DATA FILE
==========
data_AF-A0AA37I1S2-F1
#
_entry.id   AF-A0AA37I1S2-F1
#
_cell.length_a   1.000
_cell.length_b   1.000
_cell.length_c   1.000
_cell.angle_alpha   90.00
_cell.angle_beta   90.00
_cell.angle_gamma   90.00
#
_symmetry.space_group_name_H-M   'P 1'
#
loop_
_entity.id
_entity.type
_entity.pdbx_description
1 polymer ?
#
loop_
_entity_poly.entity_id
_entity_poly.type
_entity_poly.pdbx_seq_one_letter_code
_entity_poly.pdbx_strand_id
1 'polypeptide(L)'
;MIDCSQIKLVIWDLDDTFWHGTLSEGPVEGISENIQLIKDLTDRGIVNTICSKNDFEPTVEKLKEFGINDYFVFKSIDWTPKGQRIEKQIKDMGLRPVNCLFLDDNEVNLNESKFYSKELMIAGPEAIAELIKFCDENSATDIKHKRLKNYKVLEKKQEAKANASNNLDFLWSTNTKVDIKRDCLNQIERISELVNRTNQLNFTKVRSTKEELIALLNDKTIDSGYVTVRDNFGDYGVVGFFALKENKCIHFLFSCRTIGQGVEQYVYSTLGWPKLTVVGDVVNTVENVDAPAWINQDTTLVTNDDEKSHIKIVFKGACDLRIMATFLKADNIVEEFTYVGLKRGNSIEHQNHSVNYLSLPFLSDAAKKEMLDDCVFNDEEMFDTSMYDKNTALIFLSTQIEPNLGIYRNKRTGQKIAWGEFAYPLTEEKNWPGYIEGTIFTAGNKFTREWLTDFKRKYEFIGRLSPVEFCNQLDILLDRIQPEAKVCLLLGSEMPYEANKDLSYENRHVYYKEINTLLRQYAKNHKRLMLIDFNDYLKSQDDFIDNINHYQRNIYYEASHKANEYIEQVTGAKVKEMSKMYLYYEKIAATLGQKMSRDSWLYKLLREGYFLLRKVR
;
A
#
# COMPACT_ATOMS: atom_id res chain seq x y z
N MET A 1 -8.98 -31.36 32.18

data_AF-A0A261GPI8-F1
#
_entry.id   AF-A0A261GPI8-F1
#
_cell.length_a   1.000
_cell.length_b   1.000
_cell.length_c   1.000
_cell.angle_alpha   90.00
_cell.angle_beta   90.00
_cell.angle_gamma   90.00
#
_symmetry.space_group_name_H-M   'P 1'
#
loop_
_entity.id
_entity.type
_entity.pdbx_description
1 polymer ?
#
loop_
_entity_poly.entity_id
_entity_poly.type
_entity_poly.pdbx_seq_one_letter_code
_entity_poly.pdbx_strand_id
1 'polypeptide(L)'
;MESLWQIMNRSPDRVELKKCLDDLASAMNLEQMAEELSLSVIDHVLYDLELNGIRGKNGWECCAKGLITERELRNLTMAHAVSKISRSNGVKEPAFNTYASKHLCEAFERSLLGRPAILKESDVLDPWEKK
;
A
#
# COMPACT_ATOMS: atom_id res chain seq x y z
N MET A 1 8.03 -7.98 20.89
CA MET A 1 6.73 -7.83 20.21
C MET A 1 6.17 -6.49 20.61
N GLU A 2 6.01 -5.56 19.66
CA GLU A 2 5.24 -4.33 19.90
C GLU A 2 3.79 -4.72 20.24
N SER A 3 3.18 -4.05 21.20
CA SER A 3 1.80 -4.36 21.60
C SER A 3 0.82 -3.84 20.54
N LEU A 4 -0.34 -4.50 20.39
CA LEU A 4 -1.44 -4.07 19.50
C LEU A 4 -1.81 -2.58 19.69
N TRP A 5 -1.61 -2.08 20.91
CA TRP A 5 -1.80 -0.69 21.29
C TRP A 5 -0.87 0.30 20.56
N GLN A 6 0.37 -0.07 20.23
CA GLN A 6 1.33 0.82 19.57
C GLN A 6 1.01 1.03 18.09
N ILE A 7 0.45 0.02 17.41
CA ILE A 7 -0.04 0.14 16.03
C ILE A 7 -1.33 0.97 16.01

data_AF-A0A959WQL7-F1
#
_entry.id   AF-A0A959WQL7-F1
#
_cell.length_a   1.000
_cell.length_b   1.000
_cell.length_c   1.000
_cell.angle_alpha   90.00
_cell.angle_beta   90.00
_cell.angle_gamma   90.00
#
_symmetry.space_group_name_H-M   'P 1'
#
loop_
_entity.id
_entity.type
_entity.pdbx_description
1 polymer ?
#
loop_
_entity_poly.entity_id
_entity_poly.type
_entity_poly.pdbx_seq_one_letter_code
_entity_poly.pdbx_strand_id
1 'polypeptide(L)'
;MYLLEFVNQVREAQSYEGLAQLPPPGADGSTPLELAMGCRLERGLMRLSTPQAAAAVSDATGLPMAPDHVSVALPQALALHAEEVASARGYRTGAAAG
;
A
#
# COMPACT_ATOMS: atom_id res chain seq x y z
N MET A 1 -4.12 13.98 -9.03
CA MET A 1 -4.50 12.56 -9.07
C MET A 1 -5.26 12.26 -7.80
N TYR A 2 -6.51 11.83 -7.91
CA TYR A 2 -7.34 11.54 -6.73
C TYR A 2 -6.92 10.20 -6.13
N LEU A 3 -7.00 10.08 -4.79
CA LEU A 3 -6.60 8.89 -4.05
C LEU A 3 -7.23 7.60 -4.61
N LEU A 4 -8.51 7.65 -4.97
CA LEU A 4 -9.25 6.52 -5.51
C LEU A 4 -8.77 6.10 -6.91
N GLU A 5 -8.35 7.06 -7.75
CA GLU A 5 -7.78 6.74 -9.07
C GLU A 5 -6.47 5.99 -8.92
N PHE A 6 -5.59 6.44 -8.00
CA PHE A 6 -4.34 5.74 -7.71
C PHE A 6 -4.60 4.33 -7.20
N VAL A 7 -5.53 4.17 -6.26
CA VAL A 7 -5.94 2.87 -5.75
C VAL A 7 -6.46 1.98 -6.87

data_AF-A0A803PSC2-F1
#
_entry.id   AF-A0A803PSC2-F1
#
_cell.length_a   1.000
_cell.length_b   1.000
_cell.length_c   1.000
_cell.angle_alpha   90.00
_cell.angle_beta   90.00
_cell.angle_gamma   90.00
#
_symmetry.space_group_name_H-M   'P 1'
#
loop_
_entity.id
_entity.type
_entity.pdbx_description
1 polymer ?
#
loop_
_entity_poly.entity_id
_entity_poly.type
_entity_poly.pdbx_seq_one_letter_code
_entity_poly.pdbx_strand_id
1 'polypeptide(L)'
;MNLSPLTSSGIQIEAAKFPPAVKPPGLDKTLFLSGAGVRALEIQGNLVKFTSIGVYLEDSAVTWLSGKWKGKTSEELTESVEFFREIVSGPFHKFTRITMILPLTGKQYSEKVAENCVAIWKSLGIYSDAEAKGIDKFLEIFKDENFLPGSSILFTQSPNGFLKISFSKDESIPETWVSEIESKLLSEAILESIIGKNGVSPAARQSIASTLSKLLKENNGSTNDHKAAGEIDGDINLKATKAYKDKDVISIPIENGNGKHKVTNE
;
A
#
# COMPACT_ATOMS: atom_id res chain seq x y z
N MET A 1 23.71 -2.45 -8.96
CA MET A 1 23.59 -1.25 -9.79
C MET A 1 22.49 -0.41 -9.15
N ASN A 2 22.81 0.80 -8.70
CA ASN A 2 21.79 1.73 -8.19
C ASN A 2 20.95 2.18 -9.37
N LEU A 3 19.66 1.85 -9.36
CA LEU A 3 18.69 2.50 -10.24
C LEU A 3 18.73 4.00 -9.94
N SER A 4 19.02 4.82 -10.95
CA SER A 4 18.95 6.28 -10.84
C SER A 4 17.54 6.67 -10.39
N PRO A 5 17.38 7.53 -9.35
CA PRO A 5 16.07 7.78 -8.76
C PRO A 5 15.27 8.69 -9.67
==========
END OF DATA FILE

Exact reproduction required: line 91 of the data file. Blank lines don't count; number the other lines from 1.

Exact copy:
_cell.angle_beta   90.00